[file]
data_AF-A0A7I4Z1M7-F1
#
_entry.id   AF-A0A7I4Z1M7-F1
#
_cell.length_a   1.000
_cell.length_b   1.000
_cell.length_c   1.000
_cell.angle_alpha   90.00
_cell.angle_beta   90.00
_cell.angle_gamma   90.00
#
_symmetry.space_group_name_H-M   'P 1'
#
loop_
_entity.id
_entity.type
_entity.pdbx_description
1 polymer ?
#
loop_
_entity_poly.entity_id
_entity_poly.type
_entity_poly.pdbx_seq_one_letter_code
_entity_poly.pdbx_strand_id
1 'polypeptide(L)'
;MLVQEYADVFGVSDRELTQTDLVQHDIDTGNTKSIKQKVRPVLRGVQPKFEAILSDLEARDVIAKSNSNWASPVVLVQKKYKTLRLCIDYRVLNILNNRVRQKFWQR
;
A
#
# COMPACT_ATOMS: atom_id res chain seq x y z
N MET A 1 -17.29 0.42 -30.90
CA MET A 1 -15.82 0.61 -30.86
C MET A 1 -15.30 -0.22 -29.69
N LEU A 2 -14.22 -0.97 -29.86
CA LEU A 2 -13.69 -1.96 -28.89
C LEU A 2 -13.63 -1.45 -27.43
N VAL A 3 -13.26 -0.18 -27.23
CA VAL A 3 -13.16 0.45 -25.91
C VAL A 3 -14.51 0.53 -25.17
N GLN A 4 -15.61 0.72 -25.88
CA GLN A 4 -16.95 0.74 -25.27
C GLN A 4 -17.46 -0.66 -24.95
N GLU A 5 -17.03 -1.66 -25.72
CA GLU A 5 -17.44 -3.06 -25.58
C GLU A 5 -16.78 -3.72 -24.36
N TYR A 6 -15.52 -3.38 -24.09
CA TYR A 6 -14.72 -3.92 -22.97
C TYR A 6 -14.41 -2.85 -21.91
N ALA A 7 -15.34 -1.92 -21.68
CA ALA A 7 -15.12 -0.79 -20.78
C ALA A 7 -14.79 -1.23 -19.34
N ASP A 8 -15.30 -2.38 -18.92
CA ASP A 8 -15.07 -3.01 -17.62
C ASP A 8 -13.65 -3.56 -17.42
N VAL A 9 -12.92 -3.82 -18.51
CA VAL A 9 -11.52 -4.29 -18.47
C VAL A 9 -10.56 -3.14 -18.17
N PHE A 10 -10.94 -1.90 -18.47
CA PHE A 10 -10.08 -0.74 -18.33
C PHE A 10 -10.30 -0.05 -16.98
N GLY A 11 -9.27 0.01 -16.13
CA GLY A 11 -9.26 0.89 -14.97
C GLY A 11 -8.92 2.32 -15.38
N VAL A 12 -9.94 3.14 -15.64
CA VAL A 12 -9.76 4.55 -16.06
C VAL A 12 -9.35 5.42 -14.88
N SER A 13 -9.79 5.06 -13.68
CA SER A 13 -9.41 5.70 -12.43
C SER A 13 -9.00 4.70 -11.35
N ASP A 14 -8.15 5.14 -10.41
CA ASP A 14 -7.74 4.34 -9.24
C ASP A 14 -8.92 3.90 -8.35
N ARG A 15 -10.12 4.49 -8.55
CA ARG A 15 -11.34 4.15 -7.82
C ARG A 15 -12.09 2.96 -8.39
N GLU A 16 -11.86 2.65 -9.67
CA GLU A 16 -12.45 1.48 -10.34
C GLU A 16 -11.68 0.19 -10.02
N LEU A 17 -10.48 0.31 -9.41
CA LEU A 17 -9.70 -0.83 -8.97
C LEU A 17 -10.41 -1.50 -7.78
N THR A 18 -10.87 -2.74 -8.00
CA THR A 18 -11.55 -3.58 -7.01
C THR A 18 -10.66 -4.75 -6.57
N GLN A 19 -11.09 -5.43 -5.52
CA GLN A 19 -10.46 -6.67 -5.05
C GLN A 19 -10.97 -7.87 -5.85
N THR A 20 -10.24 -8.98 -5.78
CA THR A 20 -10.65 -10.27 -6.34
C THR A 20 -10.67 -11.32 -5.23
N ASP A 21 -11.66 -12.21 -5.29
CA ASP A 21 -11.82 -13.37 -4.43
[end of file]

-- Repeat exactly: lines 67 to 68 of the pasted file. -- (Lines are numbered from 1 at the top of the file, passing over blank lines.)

N SER A 13 -9.79 5.06 -13.68
CA SER A 13 -9.41 5.70 -12.43